Etruscan thorn in Villa Giulia. A large port in the Mediterranean

The events recommended by Borghi Etruschi
We are at the National Etruscan Museum of Villa Giulia
Taking advantage of the excursion to Rome and the Veio natural park, it is then possible to conclude your short experience discovering the Etruscan-Roman heritage with a visit to this exhibition, open until 7 April 2024.
Tuesday – Sunday 08.30 – 19.30 (rooms close at 19.00) (last entry at 18.30)
Full ticket price €12.00 – reduced €2.00

Etruscan thorn in Villa Giulia. A large port in the Mediterranean

Etruria with its complex and refined culture and the discovery of Spina, a city that marked important economic, political and cultural relations with the peoples who converged in the Mediterranean, are at the center of a major exhibition at the National Etruscan Museum

An event that represents the third and final stage of the celebrations that began in Comacchio and then continued in Ferrara, on the occasion of the centenary of the discovery of Spina, one of the most important Etruscan cities on the Adriatic. Discovered on 3 April 1922 near Comacchio, Spina – between the 5th and 4th centuries BC. C. – was one of the major commercial ports in the Mediterranean, representing the link between West and East. Thanks to the start of the reclamation works in Valle Trebba and then to the excavations of Valle Pega , in the space of a few decades after having been submerged for centuries, Spina finally returned to light with over four thousand mostly intact tombs, thus restoring one of the most important nuclei of Attic imported ceramics in the world.

An important city cited by illustrious ancient writers such as Strabo, Pliny the Elder and Dionysius of Halicarnassus, who in their texts described the great maritime power represented by Spina, its commercial prosperity and its close link with Greek culture ; a profound connection, demonstrated by the over seven hundred works on display, coming from Italian and foreign institutions, which dialogue with the museum’s permanent collections and accompany the visitor on a unique journey in which history, myth and archeology intertwine. From Spina to Pyrgi , from the Adriatic to the Tyrrhenian Sea, the journey traces the origins of the Etruscans, describing their commercial, cultural and social relations, retracing the exceptional scientific contribution that the excavations of the city of Spina have given to the knowledge of the history of the Mediterranean .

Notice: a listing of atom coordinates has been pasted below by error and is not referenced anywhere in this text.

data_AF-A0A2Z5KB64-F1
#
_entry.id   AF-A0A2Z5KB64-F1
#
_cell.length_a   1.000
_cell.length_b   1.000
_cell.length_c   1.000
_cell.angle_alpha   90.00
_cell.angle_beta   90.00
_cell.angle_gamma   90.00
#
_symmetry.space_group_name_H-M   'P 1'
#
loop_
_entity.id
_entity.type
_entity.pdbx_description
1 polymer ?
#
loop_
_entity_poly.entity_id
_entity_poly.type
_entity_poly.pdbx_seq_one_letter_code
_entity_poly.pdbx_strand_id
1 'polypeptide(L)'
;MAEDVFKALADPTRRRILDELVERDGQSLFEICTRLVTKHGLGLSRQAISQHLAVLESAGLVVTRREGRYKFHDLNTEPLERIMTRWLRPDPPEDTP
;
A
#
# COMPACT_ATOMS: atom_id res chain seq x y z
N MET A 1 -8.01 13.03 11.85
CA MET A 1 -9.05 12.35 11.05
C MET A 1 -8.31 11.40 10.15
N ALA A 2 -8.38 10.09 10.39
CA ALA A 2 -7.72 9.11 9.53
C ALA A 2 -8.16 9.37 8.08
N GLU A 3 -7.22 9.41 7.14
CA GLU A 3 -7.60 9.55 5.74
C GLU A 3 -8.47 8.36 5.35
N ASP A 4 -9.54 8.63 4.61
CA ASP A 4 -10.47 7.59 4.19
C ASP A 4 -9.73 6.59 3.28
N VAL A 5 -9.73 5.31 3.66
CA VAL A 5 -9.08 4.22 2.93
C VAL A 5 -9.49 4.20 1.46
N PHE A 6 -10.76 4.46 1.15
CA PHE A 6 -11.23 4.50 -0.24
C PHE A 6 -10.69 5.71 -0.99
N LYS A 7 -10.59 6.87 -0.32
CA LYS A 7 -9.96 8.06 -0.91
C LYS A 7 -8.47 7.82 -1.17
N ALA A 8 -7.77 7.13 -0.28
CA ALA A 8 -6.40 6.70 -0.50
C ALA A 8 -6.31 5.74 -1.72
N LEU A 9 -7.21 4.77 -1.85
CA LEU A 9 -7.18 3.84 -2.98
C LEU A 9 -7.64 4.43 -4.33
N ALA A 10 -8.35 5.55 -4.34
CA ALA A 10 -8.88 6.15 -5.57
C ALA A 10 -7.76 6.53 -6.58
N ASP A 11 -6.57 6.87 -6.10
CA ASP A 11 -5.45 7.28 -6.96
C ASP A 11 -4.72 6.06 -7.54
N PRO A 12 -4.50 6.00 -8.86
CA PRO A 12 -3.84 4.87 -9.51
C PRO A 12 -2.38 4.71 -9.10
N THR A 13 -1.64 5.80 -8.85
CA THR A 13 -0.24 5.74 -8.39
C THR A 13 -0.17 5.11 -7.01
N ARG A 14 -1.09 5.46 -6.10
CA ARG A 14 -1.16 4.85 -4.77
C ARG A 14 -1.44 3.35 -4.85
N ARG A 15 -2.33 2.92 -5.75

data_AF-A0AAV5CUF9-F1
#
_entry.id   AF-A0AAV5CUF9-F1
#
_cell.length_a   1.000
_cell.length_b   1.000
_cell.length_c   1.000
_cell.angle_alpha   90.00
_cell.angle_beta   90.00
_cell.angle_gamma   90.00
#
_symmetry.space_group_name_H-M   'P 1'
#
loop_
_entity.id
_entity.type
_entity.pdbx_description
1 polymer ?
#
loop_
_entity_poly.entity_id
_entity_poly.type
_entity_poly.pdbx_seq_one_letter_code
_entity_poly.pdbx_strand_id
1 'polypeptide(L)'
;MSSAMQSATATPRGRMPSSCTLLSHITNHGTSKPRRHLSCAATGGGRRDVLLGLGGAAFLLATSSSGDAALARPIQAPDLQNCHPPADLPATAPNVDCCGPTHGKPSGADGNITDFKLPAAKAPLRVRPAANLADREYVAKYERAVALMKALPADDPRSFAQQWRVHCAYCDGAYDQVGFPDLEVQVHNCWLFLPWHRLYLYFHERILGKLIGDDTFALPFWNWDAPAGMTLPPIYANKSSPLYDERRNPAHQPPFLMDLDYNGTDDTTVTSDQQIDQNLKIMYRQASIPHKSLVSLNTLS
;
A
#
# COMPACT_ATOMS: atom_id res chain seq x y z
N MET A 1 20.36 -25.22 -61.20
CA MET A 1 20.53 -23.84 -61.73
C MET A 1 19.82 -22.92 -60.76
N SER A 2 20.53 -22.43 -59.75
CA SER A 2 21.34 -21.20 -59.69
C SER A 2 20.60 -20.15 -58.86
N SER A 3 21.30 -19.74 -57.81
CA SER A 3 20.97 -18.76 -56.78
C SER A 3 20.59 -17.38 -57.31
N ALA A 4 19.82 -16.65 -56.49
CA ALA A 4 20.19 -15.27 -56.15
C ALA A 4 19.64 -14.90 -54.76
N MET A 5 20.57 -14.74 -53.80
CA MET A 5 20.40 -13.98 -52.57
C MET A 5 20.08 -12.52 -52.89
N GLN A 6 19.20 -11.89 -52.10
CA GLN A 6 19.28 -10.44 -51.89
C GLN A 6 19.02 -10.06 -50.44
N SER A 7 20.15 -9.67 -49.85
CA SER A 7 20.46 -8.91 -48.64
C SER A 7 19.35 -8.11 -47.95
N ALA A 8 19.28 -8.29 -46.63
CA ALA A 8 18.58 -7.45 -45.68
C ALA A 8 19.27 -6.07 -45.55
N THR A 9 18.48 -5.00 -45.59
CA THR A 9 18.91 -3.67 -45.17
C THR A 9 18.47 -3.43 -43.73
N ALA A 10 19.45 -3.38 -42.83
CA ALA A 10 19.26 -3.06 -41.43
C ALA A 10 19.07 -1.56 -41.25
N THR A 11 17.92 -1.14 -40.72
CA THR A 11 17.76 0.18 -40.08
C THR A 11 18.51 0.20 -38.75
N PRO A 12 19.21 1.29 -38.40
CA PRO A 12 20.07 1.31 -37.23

The exhibition itinerary is introduced by a series of thematic insights which, through a careful selection of finds, offers the visitor a broad vision of the historical horizons that connected Caere/Agylla, today’s Cerveteri, with Pyrgi and Spina. A temporal connection that refers to the travels of Ulysses and the exploits of Heracles in the West, through an unprecedented juxtaposition between the imposing crater of tomb 579 of Valle Trebba and the contemporary high relief of Pyrgi (both representing the myth of the Seven against Thebes, a powerful warning against the incivilities and barbarism of fratricidal wars).

Furthermore, an evocative system of video projections involves the viewer in an immersive crescendo that recreates the original context in which the Pyrgi High Relief was inserted, thus revealing all its complex symbolic and historical meaning.
The stages of the exhibition branch out through seven sections, which make up a true initiatory journey that begins with the room dedicated to the discovery of Spina, documented in the excavation journals by the assistant Giovanni Proni through an emotional photograph that captures the moment with profound sensitivity of the discovery, and then continues with the reconstruction of the environmental context in which the city flourished and developed.

A difficult landscape, that of the Po Delta masterfully dominated by the Etruscans who ideally encounter the myth of Daedalus in the depictions of the bucchero vase dated 630-620 BC, which depicts the famous inventor who for the Greeks represents the one who dominates a difficult environment and inhospitable, metaphorically alluding to the hydraulic mastery of the Etruscans in reclaiming such a treacherous environment.

We then find the rooms dedicated to trade and the relationships of force between the various peoples of the Mediterranean, evoked by the selection of transport amphorae, from the Attic black-figure Dinos created by Exekias at the time of the battle of Alalìa , or from the Etruscan Hydria to black figures dedicated to the myth of the metamorphosis of the Tyrrhenian pirates transformed into dolphins by Dionysus. This celebrates the close, often competitive, bond between the Greeks and the Etruscans , which saw the latter excel in control of the seas surrounding the Italian peninsula and trade their wine throughout the Mediterranean.
An important selection from the over 4000 funerary objects returned from the necropolises describes the strong Hellenic ritual value that also reflects the city of Spina within the spaces dedicated to memory. A careful collection of objects reconstructs the burial methods and funeral rituals through which the city celebrated its ancestors. The evocative sphere is contrasted with agricultural and wildlife resources, with productive and artisanal activities right up to the heart of the city, ideally penetrating the daily intimacy of domestic rituals. A votive terracotta depicting Aeneas and Anchises fleeing from Troy ideally closes the journey, celebrating the first object returned from the sands of Spina in 1668. Like a temporal ouroboros , the history of Spina thus returns to its beginning and completes a cycle which, through he echo of history and archaeology, reveals itself to be continuously evolving and therefore always alive.

Article BY Nadja Gardini PHOTOS AND TEXTS BY ARTRIBUNE.COM 03.01.2024